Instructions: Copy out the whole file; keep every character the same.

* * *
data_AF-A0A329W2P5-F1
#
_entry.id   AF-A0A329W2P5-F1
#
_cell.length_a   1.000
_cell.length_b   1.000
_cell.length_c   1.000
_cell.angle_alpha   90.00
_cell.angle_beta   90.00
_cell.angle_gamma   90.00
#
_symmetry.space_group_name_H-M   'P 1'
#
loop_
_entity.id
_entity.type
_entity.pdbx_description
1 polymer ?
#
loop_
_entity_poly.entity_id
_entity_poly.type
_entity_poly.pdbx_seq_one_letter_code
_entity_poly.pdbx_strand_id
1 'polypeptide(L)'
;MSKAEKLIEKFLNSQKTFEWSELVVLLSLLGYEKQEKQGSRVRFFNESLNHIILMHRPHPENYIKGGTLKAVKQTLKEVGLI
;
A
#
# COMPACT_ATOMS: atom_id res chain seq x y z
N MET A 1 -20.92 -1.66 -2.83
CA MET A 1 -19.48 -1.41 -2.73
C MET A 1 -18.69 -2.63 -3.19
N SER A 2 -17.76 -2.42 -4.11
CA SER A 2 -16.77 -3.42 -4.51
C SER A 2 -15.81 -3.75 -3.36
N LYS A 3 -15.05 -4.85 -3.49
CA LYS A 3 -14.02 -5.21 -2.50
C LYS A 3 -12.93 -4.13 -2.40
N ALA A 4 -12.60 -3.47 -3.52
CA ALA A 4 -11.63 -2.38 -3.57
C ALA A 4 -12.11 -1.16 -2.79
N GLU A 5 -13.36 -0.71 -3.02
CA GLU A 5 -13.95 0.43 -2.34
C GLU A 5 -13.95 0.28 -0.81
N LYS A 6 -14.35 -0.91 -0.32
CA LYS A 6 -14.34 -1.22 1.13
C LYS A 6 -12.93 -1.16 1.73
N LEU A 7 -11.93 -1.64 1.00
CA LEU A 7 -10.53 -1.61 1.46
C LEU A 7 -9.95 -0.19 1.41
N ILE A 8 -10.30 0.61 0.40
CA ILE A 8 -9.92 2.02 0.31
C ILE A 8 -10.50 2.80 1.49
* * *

data_AF-A0A329W2P5-F1
#
_entry.id   AF-A0A329W2P5-F1
#
_cell.length_a   1.000
_cell.length_b   1.000
_cell.length_c   1.000
_cell.angle_alpha   90.00
_cell.angle_beta   90.00
_cell.angle_gamma   90.00
#
_symmetry.space_group_name_H-M   'P 1'
#
loop_
_entity.id
_entity.type
_entity.pdbx_description
1 polymer ?
#
loop_
_entity_poly.entity_id
_entity_poly.type
_entity_poly.pdbx_seq_one_letter_code
_entity_poly.pdbx_strand_id
1 'polypeptide(L)'
;MSKAEKLIEKFLNSQKTFEWSELVVLLSLLGYEKQEKQGSRVRFFNESLNHIILMHRPHPENYIKGGTLKAVKQTLKEVGLI
;
A
#
# COMPACT_ATOMS: atom_id res chain seq x y z
N MET A 1 -20.92 -1.66 -2.83
CA MET A 1 -19.48 -1.41 -2.73
C MET A 1 -18.69 -2.63 -3.19
N SER A 2 -17.76 -2.42 -4.11
CA SER A 2 -16.77 -3.42 -4.51
C SER A 2 -15.81 -3.75 -3.36
N LYS A 3 -15.05 -4.85 -3.49
CA LYS A 3 -14.02 -5.21 -2.50
C LYS A 3 -12.93 -4.13 -2.40
N ALA A 4 -12.60 -3.47 -3.52
CA ALA A 4 -11.63 -2.38 -3.57
C ALA A 4 -12.11 -1.16 -2.79
N GLU A 5 -13.36 -0.71 -3.02
CA GLU A 5 -13.95 0.43 -2.34
C GLU A 5 -13.95 0.28 -0.81
N LYS A 6 -14.35 -0.91 -0.32
CA LYS A 6 -14.34 -1.22 1.13
C LYS A 6 -12.93 -1.16 1.73
N LEU A 7 -11.93 -1.64 1.00
CA LEU A 7 -10.53 -1.61 1.46
C LEU A 7 -9.95 -0.19 1.41
N ILE A 8 -10.30 0.61 0.40
CA ILE A 8 -9.92 2.02 0.31
C ILE A 8 -10.50 2.80 1.49